Golf and competition take up a lot of Emma Anderson’s life.
Personally, she’s a keen golfer who plays competitively at Sherwood Forest Golf Club and for Nottinghamshire. Professionally, she’s recently joined the England Golf Championships team as an Events Officer. She runs a range of one and two-day competitions and helps at bigger tournaments – always trying to give players a great experience. Here’s her story…
I love the challenge. No two days are the same on the golf course and while it may be frustrating at times it always leaves you wanting to come back for more! I am also pretty competitive and love challenging myself to play better than the last time.
I also find golf a great way to de-stress. When I go out on the golf course, it gives me a chance to escape anything else that is going on and just have a bit of time to myself.
How did you get into golf?
My parents both played before I was born so they were very keen to get me and my brother playing so they could get out on the golf course more! It clearly worked, because I am now much more likely to run into my family at the golf course than I am at home. It has been great for us as a family, as we can take time out from our busy lives to play golf together – we recently won our first trophy as a four which was a special moment.
How competitive are you personally?
Very – and that is a family influence too. We actually have all of our handicaps on magnets on our fridge. When one of us drops our handicap, updating the fridge is the first thing we will do! It became quite notorious at our golf club and I take great pride in informing anyone who will listen that I am currently top of the fridge.
When did you start running events?
When I turned 18 and could no longer play for our county junior team, I got involved with our county association as a volunteer. I took on the role of Junior Competitions Secretary and began organising the competitions for the girls. It was great experience and I enjoyed being able to give something back to the county that had supported me through my junior days.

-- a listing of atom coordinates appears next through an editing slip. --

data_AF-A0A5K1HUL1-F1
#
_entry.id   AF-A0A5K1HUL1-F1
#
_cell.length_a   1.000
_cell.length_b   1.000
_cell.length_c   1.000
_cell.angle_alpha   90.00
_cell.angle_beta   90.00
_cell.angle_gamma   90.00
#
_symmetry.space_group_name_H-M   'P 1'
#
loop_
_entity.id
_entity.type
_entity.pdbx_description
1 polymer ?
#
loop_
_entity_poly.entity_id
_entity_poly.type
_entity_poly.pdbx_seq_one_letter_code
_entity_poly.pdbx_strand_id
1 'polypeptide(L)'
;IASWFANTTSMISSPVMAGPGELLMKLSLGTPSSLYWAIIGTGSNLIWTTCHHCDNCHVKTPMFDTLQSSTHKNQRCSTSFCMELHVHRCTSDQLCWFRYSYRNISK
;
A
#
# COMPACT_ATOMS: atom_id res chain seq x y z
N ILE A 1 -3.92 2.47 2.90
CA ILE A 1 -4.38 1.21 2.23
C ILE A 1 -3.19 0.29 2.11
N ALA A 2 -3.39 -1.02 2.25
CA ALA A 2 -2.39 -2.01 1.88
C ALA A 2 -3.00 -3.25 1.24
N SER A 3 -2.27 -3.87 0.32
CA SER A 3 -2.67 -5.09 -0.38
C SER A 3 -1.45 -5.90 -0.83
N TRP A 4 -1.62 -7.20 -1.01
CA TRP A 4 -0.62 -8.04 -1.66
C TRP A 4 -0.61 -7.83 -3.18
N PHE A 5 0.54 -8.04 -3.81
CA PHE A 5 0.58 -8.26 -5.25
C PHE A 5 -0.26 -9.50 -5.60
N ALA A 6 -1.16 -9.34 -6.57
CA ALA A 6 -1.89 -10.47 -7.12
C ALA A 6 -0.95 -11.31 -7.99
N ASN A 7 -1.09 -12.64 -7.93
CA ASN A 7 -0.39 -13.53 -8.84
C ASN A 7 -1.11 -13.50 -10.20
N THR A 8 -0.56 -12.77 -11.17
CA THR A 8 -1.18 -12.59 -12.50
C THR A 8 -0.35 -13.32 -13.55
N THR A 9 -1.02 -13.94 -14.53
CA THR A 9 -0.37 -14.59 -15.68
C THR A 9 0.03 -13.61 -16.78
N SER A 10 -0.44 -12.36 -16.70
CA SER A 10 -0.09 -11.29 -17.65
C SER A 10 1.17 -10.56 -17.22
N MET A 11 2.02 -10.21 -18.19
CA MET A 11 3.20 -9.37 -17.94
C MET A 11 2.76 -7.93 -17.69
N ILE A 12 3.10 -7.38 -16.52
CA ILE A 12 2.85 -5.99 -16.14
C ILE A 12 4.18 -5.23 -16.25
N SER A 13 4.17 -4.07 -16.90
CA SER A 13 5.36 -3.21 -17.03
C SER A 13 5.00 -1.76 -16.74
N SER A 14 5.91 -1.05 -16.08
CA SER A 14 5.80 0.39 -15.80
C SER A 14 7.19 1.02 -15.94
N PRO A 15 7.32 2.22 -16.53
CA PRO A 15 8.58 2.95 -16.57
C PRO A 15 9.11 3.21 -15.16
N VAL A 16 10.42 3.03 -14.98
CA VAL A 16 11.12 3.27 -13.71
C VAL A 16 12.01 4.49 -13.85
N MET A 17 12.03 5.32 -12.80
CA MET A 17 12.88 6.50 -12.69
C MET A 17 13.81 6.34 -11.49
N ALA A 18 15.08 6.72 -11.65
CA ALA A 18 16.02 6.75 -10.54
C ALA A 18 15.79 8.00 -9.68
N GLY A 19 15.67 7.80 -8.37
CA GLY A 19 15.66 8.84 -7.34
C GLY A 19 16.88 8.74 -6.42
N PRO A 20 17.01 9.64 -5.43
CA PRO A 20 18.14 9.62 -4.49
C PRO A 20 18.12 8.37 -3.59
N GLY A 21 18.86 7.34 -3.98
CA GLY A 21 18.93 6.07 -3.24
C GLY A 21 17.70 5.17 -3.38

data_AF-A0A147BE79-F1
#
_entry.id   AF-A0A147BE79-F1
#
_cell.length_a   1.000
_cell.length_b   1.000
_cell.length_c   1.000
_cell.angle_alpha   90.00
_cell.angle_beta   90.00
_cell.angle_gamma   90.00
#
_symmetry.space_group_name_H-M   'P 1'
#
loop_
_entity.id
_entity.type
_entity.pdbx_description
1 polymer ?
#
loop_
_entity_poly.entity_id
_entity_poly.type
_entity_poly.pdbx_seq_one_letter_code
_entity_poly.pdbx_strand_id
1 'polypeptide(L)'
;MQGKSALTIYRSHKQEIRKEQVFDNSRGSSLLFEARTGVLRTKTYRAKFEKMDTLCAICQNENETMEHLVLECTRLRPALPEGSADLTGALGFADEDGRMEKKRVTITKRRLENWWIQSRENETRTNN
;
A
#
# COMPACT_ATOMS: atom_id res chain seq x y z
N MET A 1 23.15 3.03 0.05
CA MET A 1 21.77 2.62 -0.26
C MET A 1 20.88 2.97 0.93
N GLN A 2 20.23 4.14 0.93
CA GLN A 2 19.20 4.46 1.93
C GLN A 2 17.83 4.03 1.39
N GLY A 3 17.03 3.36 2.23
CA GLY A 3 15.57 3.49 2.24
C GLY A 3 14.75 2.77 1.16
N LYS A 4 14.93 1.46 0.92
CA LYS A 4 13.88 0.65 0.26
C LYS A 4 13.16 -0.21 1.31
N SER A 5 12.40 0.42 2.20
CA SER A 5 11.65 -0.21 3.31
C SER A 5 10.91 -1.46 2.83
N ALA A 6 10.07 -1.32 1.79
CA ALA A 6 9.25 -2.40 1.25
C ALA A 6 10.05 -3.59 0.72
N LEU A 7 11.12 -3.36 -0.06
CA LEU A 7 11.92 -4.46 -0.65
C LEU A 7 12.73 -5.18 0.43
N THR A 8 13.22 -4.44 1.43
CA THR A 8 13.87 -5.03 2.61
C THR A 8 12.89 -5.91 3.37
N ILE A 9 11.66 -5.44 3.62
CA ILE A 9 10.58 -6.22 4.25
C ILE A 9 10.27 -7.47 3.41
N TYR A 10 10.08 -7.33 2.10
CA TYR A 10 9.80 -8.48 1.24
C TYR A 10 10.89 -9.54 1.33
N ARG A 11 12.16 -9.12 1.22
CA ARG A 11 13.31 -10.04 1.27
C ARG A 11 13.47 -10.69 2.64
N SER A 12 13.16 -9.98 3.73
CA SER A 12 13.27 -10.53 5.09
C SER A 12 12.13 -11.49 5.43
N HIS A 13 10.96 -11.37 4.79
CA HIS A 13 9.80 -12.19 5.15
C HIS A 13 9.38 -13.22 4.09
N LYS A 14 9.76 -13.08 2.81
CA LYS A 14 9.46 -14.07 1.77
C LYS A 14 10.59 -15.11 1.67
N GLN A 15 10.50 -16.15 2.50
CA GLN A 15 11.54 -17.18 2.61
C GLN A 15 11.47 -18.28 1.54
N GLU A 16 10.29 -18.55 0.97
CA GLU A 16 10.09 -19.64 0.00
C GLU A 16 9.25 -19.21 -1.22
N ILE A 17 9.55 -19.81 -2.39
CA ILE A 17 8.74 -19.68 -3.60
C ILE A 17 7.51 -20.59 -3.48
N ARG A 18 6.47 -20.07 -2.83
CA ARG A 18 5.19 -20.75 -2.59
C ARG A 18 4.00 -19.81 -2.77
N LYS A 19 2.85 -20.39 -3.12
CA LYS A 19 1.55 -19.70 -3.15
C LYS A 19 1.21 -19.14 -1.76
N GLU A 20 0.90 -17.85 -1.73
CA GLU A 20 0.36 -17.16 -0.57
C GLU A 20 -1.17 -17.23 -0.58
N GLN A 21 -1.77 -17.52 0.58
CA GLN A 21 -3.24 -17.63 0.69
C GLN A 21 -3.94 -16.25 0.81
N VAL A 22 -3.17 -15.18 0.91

I also did an event marketing module in my second year at university. As a class we had to run an event based around football and the First World War and my classmates nominated me as in charge. This taught me a lot about the planning and preparation involved in events, attending meetings with multiple stakeholders and the considerations of the event attendee’s experience. As a result of this, I also ended up organising a book launch for politician Alastair Campbell and former professional footballer Paul Fletcher. This had a large amount of press coverage and opened by eyes to the relationship between the media and those running events.
Now, you’re running competitions as a career. What appealed to you about the job?
I love being out and about, and what better place than a golf course! The fact that every day is different really appealed to me. I have also always loved problem solving and with the unpredictable nature of British weather this is something I have already been able to do in my role.